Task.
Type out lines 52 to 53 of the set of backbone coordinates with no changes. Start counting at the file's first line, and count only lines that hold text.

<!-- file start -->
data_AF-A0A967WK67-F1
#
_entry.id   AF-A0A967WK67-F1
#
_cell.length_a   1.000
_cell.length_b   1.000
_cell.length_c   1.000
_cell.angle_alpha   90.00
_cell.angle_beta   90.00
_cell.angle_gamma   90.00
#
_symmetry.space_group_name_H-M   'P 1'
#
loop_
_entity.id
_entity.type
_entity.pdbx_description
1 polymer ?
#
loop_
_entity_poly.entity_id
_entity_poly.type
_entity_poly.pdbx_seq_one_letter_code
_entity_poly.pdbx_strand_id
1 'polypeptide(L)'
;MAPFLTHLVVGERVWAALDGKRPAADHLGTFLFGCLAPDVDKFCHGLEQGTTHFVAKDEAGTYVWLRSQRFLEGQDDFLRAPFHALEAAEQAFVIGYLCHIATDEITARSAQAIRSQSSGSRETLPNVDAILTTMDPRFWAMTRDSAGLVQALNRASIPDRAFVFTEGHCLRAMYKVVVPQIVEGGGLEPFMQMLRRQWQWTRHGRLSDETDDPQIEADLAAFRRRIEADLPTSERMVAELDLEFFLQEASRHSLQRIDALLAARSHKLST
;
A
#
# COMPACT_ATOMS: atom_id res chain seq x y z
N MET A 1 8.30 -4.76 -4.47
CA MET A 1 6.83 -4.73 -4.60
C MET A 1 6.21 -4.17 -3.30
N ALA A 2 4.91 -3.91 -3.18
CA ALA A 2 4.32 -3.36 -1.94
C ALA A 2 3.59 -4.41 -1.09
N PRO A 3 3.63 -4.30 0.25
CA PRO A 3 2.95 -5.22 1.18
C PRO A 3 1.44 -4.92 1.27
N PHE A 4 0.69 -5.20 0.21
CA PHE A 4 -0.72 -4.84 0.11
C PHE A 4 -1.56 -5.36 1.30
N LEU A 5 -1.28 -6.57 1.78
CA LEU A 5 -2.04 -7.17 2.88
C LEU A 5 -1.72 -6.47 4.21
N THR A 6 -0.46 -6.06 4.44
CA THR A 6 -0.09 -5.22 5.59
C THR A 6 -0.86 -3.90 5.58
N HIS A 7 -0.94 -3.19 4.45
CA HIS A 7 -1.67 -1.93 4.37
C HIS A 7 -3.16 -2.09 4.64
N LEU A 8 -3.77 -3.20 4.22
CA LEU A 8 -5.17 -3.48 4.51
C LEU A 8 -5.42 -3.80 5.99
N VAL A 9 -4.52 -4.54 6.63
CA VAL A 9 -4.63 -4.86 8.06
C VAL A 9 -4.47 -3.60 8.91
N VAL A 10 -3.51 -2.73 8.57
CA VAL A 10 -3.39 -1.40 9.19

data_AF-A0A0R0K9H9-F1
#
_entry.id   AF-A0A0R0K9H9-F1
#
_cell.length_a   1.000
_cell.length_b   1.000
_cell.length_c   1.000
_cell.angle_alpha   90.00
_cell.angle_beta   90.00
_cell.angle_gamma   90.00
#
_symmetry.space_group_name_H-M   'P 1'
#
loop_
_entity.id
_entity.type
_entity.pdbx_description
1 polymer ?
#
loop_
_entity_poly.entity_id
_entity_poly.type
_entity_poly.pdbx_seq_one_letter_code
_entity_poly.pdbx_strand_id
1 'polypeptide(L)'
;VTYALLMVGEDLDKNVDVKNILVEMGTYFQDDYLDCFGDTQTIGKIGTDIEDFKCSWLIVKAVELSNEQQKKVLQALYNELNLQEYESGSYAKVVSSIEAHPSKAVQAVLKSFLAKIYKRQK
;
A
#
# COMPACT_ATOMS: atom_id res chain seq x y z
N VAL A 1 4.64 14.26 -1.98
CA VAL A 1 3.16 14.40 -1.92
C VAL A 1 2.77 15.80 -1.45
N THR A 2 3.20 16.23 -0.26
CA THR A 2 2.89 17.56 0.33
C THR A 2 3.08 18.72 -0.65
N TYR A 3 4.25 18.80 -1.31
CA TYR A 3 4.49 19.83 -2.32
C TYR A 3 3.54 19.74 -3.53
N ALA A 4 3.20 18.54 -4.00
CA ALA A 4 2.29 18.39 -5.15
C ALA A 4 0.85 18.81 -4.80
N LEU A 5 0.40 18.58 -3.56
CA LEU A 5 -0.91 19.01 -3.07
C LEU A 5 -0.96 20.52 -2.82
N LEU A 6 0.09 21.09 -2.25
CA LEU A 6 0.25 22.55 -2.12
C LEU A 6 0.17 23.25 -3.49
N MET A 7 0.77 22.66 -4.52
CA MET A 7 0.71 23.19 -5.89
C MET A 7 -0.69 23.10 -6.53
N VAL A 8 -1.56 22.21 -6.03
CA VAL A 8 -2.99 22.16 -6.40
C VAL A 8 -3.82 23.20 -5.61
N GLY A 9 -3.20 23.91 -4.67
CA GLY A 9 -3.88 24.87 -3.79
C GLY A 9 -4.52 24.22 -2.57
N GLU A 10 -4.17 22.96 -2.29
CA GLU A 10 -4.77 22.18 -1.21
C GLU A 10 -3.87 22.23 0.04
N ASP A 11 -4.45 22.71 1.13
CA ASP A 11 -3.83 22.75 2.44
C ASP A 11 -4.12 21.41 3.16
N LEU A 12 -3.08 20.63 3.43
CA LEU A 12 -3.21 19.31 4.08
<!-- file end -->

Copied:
N LEU A 8 -3.77 -3.20 4.22
CA LEU A 8 -5.17 -3.48 4.51